Council OKs More Boardwalk Cell Towers After ‘Stealth Alternatives’ Proposed

A proposed redesign of a light pole on 18th Street is pictured with the cell phone tower, new lighting and a change to the base. Below is the current look. Photos courtesy of the Town of Ocean City

OCEAN CITY — Resort officials this week reversed course and approved, although somewhat reluctantly, a proposal to install as many as 12 new cell phone towers on the Boardwalk after getting assurances the project included increased lighting and security cameras.

Back in April, the private sector company Crown Castle came before the Mayor and Council requesting permission to install 19 additional Distributed Antenna Systems (DAS), or cell phone towers, including 12 on the Boardwalk and seven more side streets between Baltimore Avenue and Philadelphia Avenue. The DAS towers are expected to expand bandwidth, relieve congestion and improve service for cell phones and other mobile devices in the south end of the resort on the beach and Boardwalk, particularly during the congested summer season.

While no one objected to improving service, the council at that time rejected the idea of installing more DAS antennas on the Boardwalk at all and sent Crown Castle project designers back to the drawing board. In the initial proposal, the DAS systems included antennas mounted on existing infrastructure on the Boardwalk such as sign posts and light fixtures, for example, along with cabinets on the ground level hosting equipment needed for the antennas in some areas.

On Tuesday, Crown Castle came back with a revised proposal after consulting with City Engineer Terry McGean and City Manager Doug Miller and actually walking the Boardwalk and looking at each proposed location individually. McGean said on Tuesday the company had made an effort to conceal the antennas and associated equipment to the greatest extent possible.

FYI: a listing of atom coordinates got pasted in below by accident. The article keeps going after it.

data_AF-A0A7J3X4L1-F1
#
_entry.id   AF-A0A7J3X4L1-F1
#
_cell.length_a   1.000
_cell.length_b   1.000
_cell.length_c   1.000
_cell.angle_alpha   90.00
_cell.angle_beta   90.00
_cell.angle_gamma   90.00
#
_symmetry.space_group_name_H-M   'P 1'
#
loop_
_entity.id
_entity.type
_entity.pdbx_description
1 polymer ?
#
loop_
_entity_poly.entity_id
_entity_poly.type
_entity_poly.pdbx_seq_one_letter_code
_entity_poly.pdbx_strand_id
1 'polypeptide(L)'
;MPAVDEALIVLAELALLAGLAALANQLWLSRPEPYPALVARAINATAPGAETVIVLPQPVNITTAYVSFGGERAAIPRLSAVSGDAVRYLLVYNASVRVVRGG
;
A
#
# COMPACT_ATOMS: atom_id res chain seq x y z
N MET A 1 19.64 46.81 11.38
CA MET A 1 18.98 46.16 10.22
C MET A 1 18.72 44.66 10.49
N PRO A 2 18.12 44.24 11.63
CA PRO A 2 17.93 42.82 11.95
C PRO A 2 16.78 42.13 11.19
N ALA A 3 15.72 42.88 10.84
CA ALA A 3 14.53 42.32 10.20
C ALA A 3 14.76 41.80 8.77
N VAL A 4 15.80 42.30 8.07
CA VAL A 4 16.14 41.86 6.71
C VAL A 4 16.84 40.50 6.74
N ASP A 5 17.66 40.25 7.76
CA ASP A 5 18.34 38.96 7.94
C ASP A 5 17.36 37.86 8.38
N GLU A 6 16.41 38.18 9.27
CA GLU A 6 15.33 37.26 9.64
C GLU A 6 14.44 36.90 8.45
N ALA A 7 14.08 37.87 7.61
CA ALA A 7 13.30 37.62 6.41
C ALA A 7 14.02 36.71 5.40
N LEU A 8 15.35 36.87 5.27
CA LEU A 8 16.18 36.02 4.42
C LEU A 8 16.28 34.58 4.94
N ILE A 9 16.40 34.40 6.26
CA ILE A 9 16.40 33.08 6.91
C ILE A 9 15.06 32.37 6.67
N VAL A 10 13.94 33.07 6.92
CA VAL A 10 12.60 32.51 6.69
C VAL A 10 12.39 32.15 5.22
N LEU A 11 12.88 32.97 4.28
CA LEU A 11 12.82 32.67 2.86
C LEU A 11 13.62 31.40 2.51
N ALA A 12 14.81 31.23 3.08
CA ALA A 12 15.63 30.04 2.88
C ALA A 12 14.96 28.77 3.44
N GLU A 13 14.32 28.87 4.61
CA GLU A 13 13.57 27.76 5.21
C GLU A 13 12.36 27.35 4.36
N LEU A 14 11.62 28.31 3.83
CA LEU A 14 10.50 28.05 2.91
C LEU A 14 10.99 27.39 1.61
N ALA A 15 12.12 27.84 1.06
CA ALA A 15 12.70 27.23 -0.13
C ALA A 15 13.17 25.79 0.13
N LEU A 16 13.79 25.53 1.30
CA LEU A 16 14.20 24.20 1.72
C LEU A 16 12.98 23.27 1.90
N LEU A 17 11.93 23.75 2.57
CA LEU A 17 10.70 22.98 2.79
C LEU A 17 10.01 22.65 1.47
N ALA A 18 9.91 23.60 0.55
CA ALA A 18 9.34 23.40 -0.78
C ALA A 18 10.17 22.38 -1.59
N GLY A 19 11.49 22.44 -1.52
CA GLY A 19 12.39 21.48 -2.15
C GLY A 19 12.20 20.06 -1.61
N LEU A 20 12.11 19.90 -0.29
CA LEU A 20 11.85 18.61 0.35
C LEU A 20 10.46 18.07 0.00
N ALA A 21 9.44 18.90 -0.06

“The Mayor and Council had concerns about aesthetics, particularly on the Boardwalk,” he said. “Crown Castle has come back with a proposal they believe will address the council’s concerns.”

During the presentation in April, some on the council pressed Crown Castle to install the DAS antennas on buildings and other higher structures and out of the sightlines for the visitors and residents along the Boardwalk. However, Crown Castle’s Richard Rothrock explained on Tuesday the signals from antennas mounted on buildings and water towers, for example, dilutes quickly and does not always reach users on the beach and Boardwalk. For that reason, Crown Castle came back with a proposal for 12 sites along the Boardwalk and attempted to disguise them somewhat with “stealth” designs where possible.

“These are equipped to handle more than one carrier,” he said. “The small cells are ideal for areas with geographic issues like buildings or other natural features that block the signal. Large crowds overwhelm the capacity of the larger towers in densely populated areas, which is what you have here in the summer.”

However, not all on the council on Tuesday were satisfied with the explanation and continued to press for no new DAS equipment on the Boardwalk.

“I think we specifically asked you not to put any cells on the Boardwalk,” said Councilman Tony DeLuca. “We gave you alternatives and suggested you go to the west side of the Boardwalk and yet you came back with what appears to be a similar proposal.”

Crown Castle’s Trey Spear explained the buildings and other structures along the west side of the Boardwalk created challenges for DAS systems.

“The west side of the Boardwalk doesn’t provide the coverage our carriers are looking for,” he said. “The signal doesn’t penetrate buildings. When you have these buildings on the west side of the Boardwalk, it creates canyons with no service. That’s why we came back to you with these stealth alternatives on the east side.”

Rothrock said the Crown Castle’s DAS antennas will provide service for multiple carriers such as Verizon and Sprint, for example. He said the company was trying to accommodate the aesthetic wishes of the Town of Ocean City, but was also beholden to the wireless service providers the systems would serve.